2. Then in your Grunfile.js, after appConfig (shown below):
    // Configurable paths for the application
    var appConfig = {
      app: require('./bower.json').appPath || 'app',
      dist: 'dist'
    // NEW CODE
    // to allow rewrite for html5 pushstate functionality
    var modRewrite = require('connect-modrewrite');
  3. And in your connect.livereload middleware section:
    livereload: {
        options: {
            open: true,
            middleware: function (connect) {
                return [
                    // NEW CODE
                        '!\\.html|\\.js|\\.css|\\.png|\\.jpg|\\.jpeg|\\.gif|\\.webp|\\.svg|\\.woff2|\\.woff|\\.ttf$ /index.html [L]'
                    // etc, etc...

Set a base URL

  1. Open app/index.html and add a base URL somewhere in the head tag:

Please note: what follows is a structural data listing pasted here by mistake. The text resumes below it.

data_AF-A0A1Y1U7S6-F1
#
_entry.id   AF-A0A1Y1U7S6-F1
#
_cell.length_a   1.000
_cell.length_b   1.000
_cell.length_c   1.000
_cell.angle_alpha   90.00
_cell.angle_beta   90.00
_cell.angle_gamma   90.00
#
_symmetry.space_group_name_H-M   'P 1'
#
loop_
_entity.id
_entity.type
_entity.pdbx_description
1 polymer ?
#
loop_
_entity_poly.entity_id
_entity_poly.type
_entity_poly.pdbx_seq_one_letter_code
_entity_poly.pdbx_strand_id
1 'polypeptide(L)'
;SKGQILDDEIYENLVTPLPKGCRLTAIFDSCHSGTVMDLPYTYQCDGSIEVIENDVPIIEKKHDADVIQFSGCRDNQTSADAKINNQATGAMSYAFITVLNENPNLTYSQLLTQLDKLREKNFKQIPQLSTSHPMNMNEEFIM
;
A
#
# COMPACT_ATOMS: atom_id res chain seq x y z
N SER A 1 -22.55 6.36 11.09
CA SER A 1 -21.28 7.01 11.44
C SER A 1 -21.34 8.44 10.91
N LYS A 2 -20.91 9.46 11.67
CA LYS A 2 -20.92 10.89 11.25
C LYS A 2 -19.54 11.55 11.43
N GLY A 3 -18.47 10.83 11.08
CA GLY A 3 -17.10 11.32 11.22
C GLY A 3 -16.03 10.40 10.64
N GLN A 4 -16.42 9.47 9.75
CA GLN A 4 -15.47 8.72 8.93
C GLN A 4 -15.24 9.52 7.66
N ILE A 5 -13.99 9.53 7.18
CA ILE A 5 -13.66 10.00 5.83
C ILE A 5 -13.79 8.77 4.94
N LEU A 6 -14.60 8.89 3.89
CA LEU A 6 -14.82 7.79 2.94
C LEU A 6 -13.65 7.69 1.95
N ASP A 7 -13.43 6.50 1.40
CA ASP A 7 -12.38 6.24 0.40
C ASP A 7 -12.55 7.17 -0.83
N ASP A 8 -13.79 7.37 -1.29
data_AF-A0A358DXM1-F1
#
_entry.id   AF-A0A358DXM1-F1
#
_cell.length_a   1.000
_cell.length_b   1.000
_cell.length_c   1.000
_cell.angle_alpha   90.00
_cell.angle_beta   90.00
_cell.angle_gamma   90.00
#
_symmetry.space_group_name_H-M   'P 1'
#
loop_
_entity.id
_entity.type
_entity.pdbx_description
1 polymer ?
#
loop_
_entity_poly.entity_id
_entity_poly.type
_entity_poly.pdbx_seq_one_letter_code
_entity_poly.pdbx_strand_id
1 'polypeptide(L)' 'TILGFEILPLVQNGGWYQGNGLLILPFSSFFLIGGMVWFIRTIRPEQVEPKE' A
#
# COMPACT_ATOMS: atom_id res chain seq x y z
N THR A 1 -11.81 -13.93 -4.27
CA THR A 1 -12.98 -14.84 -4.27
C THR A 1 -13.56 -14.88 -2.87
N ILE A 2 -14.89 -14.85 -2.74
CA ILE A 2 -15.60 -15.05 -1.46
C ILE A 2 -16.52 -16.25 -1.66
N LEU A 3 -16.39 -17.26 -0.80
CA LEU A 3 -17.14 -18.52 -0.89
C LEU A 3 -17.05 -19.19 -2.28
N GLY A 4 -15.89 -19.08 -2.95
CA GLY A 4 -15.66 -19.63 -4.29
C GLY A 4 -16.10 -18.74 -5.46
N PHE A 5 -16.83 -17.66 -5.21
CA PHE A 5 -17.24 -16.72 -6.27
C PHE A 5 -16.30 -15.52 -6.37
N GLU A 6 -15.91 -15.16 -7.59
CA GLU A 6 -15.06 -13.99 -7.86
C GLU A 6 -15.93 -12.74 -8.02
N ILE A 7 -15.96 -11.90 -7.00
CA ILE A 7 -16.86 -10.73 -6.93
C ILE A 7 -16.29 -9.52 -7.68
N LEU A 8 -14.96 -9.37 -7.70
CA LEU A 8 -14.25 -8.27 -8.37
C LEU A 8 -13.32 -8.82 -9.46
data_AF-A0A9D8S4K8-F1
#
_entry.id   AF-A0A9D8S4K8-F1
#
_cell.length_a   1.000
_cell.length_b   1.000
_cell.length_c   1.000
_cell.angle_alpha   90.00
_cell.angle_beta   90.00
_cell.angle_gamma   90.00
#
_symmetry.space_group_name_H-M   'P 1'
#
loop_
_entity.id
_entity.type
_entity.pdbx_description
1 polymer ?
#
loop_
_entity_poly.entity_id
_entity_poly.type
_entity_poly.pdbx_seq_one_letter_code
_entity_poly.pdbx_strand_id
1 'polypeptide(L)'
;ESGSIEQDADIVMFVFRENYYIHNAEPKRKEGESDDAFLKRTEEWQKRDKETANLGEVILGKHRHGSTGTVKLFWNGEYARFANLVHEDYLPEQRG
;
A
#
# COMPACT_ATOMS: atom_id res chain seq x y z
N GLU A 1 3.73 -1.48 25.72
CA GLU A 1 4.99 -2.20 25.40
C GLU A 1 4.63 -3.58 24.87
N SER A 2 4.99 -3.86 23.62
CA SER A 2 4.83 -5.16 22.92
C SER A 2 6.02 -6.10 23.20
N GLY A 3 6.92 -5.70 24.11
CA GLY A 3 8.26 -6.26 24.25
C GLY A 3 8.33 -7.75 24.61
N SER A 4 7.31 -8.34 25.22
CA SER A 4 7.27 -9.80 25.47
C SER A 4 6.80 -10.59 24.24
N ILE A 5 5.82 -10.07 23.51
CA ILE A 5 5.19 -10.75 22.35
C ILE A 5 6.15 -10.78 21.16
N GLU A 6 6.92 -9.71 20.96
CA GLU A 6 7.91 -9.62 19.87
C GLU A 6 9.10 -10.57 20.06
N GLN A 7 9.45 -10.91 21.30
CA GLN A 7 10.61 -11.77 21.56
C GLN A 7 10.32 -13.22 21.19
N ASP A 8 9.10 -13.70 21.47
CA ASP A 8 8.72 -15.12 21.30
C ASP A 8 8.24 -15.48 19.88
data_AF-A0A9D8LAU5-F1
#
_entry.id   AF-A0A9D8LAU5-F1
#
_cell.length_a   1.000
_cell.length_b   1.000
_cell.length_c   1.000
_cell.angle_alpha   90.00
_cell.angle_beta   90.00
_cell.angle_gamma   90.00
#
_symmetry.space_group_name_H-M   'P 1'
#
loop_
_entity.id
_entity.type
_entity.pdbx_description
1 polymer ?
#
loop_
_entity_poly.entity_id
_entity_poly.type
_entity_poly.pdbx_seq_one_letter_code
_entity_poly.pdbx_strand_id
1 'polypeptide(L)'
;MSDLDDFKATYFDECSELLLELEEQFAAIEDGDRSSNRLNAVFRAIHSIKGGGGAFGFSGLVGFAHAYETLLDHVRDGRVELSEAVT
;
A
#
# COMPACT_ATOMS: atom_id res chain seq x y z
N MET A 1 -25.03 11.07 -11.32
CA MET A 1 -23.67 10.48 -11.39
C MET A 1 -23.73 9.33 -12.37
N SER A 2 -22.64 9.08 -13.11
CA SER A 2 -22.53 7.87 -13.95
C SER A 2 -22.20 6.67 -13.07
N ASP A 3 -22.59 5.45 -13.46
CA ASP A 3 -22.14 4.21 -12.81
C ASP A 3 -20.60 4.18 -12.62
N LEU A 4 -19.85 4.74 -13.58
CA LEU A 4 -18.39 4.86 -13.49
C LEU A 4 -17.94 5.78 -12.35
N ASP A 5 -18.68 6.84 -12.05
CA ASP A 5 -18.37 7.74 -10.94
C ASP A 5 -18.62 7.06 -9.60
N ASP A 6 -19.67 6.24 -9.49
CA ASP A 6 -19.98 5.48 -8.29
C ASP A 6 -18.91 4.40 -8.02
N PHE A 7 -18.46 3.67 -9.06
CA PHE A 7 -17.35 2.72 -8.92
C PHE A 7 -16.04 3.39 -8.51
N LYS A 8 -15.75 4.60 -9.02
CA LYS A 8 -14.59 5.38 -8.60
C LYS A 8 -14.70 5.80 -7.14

<base href="/">

Before carrying on, now would be a good time to fire up your application to make sure your changes worked (or at least didn’t break anything). If everything was done correctly, you should be able to navigate to http://localhost:9000/about and see the following:


Catch-all Route

Now that we’re all set to use pretty URL’s, let’s set up a catch-all route that will handle any otherwise un-handled request and attempt to fetch a matching page from our API.

  1. With yeoman, create a new route:
    $ yo angular:route dynamic

    This will add a new /dynamic route to our $routeProvider config, add a new dynamic.js controller to app/scripts/controllers and add a new dynamic.html view to app/views. In its current form, this will only handle requests to http://localhost:9000/dynamic. Go ahead and try it. The page should say, “This is the dynamic view.”